A microgrid is a decentralized group of electrical generation sources and loads that normally operate connected to and synchronous with the area electrical transmission and distribution system (macrogrid). However, these electrical sources and loads can function autonomously in “island mode” as physical or economic conditions dictate.
In this way, a microgrid can effectively integrate various sources of distributed generation (DG), especially Renewable Energy Sources, and can supply emergency power, operate as an island mode or with the connected macrogrid.
A microgrid approach or architecture (see Figure 1 below) divides vast electric territories into a network of manageable customer-centric power generation nodes that meet the specific local needs and goals including:
- Resiliency, reliability, and emergency power for island nodes for selected loads when the macrogrid power system is lost
- Generation and procurement of renewable power to meet Net-Zero goals
- Reduction of power costs with generation sources that provide demand and price response (see Figure 2 below)
- Improved Power quality
Understanding Microgrids (see Figure 1 below)
What is the Microgrid Architecture?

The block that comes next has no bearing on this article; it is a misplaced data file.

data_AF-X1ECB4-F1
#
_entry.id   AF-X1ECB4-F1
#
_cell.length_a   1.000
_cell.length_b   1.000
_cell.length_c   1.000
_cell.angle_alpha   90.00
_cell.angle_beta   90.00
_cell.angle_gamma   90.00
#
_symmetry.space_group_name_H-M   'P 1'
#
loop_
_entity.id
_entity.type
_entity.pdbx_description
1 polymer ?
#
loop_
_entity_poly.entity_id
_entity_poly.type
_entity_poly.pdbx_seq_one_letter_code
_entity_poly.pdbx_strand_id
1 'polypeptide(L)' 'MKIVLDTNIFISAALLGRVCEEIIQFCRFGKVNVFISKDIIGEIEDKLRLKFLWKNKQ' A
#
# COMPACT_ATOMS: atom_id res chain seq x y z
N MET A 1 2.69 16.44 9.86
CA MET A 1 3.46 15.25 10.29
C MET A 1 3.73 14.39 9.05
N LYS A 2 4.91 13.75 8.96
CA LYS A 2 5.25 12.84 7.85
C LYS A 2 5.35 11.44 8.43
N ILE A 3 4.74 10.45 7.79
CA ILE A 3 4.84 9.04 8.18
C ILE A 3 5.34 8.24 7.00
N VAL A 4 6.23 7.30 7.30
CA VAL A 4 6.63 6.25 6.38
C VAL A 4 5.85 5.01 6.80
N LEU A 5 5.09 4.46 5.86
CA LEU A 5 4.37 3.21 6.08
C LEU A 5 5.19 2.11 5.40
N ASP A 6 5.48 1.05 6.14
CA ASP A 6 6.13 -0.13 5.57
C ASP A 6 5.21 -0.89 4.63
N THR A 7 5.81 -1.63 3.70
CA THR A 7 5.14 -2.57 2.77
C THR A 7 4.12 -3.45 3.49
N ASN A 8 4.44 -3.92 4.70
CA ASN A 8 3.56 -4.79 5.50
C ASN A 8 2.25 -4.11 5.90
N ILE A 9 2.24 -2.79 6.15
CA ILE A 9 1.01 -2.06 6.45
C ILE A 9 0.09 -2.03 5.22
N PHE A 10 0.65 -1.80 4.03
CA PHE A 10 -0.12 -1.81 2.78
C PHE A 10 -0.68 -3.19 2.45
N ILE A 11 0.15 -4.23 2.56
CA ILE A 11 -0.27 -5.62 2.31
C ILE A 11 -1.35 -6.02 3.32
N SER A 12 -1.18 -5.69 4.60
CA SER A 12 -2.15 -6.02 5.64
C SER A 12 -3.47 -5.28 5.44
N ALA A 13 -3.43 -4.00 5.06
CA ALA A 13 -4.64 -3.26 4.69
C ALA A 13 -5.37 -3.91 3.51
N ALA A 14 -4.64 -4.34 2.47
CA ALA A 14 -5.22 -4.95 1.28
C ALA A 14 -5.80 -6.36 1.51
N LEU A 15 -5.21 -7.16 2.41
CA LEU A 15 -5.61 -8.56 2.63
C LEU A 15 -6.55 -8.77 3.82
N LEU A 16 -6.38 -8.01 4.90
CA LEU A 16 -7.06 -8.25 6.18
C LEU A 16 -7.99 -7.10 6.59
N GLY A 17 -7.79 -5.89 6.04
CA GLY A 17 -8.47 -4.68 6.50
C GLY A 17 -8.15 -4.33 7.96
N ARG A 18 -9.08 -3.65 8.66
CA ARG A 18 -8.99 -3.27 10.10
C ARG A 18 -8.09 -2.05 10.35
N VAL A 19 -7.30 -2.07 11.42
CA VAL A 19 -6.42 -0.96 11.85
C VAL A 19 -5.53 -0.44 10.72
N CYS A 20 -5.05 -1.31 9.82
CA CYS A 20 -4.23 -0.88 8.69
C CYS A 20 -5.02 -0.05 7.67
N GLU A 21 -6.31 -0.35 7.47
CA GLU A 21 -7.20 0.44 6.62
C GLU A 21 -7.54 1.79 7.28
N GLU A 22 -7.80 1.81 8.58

|The microgrid architecture divides the electricity system into a network of smaller nodes that serve a distinct set of customers co-located or otherwise operating as one power customer (a housing development, a large production facility, a university campus, a city, etc.) Microgrids leverage and support the bulk grid while eventually becoming capable of operating independently of the grid for resiliency.|
What is a Utility Microgrid?
|A utility microgrid serves a distinct subset of customers within a defined geographic or functional boundary to accelerate investment into renewable power, resiliency, and reliability. Examples of utility microgrids include municipal utilities as well as cities and new developments served by larger public utilities.|
What is a Private Microgrid?
|Private microgrids own the local power and thermal distribution systems that connect or network customers and/or buildings. Private microgrids provide for islanding capability of selected loads. Thousands of private microgrids exist at universities, medical centers, and industrial campuses across the U.S.|
Figure 1: Microgrid Architecture
Figure 2: Microgrid Benefit of Demand and Price Response
For more Microgrid information or a consultation contact:
Wunderlich-Malec’s experienced engineering team can help customers determine the best microgrid and mode transfer design to meet their needs. Contact John Kelly from the mGrid™ team to discuss your microgrid needs at firstname.lastname@example.org.